The only persons present at the time of the accident were appellee himself and W. A. Orr. Appellant had a subpoena duly issued and served upon Orr, and when the case was called for trial, the witness being absent, made a motion for a continuance, accompanying the same with a certificate from a physician that the witness was sick and not able to attend. Appellee requested time to answer the application, which was finally overruled, and appellant excepted. We copy the following from the qualification or explanation of the district judge of appellant's bill of exceptions to the ruling of the court in overruling the application:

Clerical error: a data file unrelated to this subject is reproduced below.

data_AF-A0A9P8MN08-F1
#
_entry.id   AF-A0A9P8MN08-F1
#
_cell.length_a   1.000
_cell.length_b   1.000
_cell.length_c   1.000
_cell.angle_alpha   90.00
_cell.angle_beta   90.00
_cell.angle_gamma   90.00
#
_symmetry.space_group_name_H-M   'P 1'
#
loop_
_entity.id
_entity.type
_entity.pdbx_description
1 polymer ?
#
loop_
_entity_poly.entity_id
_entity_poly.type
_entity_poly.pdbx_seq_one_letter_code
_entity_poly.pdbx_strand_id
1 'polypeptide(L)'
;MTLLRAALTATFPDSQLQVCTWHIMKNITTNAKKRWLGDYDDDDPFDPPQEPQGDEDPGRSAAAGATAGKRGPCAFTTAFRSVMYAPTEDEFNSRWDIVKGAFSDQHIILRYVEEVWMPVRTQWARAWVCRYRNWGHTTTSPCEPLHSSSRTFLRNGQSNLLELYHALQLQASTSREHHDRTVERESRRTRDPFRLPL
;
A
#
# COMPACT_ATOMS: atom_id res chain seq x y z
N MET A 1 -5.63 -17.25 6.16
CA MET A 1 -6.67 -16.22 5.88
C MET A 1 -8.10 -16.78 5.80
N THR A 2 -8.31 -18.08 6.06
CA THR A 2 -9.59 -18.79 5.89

"That the plaintiff was given until 1:30 p. m. to controvert the application for continuance, and when that hour came the witness W. A. Orr was in court, and counsel for plaintiff asked the witness, without being sworn, if he felt well enough to testify, and he replied, if he could do so at once, he might. Dr. Lawson was then present in court, and he was asked what he thought about the witness testifying, and he replied, `I would not say he could not testify if he was put on the stand at once, and not required to lie around the courthouse all day waiting.' Mr. Holland, attorney for defendant, then asked the witness Orr how he felt, and the witness said he did not feel well, and would not have come but thought the court had sent for him, and he had to come; that his head hurt him all the time, and that he lay down most of the time, and that he could not remember everything well. After which the defendant renewed its motion to continue, because it claimed the witness was not physically and mentally able to testify. The court overruled the motion, to which the defendant excepted. The court told Mr. Orr that he need not sit around the courtroom unless he so desired, but he would be sent for when needed; whereupon the case proceeded to trial, and when the plaintiff had rested his case he tendered the defendant the witness Orr, and stated he was in the courtroom and ready to testify. The counsel for defendant thanked him, and said they were running their part of the case, and declined to then use the witness Orr, but proceeded to put on the other witnesses. At or about the close of the defendant's testimony the plaintiff again called the counsel's attention to the presence of the witness Orr, and defendant put Dr. Lawson on the stand, and asked him the following question, `Is the witness (Orr) capable mentally of testifying in this case?' which was objected to by the plaintiff, because the witness was in the courtroom, and could be observed by the court and jury. The objection was sustained, and the defendant's counsel, Mr. Holland, stepped to the stenographer, and in a low tone, so that the jury could not hear, stated that he expected to prove by the witness Dr. Lawson the following: `That he, Orr, is not mentally capable of testifying; that his mental condition is temporary, is caused by his physical condition, being sick at the present time and under his care, and he is able to be about, but that if put on the witness stand his nervous condition is such that at least he would answer questions in one way one time, and probably in another way at another time, and that he would not be responsible for his answers in any event.' The doctor was then asked in a low tone if what he, Holland, had dictated was substantially his answer, and he answered, `Yes, substantially.' None of this was to the jury. At this point the defendant refused to put the witness Orr on the stand, and again renewed his motion to continue, although the witness was present, which was overruled, and the defendant duly excepted.